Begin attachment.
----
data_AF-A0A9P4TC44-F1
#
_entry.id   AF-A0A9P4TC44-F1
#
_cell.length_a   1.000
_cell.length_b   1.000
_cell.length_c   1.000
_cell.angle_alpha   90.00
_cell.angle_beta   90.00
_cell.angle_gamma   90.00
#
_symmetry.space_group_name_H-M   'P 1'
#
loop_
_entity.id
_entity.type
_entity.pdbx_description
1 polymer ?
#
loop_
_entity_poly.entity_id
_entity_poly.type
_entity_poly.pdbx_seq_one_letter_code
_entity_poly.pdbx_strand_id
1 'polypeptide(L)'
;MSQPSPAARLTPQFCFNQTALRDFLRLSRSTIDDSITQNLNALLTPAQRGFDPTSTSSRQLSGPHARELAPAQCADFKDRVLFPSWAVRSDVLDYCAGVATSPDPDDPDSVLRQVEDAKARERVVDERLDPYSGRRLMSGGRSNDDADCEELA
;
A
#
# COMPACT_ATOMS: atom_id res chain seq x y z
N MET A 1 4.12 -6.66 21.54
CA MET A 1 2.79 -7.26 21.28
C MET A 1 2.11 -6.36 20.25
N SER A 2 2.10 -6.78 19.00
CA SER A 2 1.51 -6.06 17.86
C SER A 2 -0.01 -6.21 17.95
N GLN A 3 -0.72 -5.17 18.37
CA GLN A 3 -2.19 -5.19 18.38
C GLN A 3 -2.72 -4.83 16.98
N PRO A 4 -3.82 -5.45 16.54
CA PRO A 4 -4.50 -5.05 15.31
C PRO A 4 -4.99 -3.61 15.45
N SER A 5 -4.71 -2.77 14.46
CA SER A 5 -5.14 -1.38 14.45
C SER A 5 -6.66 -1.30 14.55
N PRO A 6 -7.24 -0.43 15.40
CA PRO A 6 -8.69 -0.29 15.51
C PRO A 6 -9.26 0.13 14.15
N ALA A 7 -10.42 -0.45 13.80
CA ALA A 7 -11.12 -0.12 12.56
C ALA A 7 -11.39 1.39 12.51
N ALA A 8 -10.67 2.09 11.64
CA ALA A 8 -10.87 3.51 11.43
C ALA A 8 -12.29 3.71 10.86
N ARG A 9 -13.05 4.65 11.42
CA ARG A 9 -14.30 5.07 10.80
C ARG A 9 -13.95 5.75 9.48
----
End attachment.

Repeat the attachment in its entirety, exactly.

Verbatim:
data_AF-A0A9P4TC44-F1
#
_entry.id   AF-A0A9P4TC44-F1
#
_cell.length_a   1.000
_cell.length_b   1.000
_cell.length_c   1.000
_cell.angle_alpha   90.00
_cell.angle_beta   90.00
_cell.angle_gamma   90.00
#
_symmetry.space_group_name_H-M   'P 1'
#
loop_
_entity.id
_entity.type
_entity.pdbx_description
1 polymer ?
#
loop_
_entity_poly.entity_id
_entity_poly.type
_entity_poly.pdbx_seq_one_letter_code
_entity_poly.pdbx_strand_id
1 'polypeptide(L)'
;MSQPSPAARLTPQFCFNQTALRDFLRLSRSTIDDSITQNLNALLTPAQRGFDPTSTSSRQLSGPHARELAPAQCADFKDRVLFPSWAVRSDVLDYCAGVATSPDPDDPDSVLRQVEDAKARERVVDERLDPYSGRRLMSGGRSNDDADCEELA
;
A
#
# COMPACT_ATOMS: atom_id res chain seq x y z
N MET A 1 4.12 -6.66 21.54
CA MET A 1 2.79 -7.26 21.28
C MET A 1 2.11 -6.36 20.25
N SER A 2 2.10 -6.78 19.00
CA SER A 2 1.51 -6.06 17.86
C SER A 2 -0.01 -6.21 17.95
N GLN A 3 -0.72 -5.17 18.37
CA GLN A 3 -2.19 -5.19 18.38
C GLN A 3 -2.72 -4.83 16.98
N PRO A 4 -3.82 -5.45 16.54
CA PRO A 4 -4.50 -5.05 15.31
C PRO A 4 -4.99 -3.61 15.45
N SER A 5 -4.71 -2.77 14.46
CA SER A 5 -5.14 -1.38 14.45
C SER A 5 -6.66 -1.30 14.55
N PRO A 6 -7.24 -0.43 15.40
CA PRO A 6 -8.69 -0.29 15.51
C PRO A 6 -9.26 0.13 14.15
N ALA A 7 -10.42 -0.45 13.80
CA ALA A 7 -11.12 -0.12 12.56
C ALA A 7 -11.39 1.39 12.51
N ALA A 8 -10.67 2.09 11.64
CA ALA A 8 -10.87 3.51 11.43
C ALA A 8 -12.29 3.71 10.86
N ARG A 9 -13.05 4.65 11.42
CA ARG A 9 -14.30 5.07 10.80
C ARG A 9 -13.95 5.75 9.48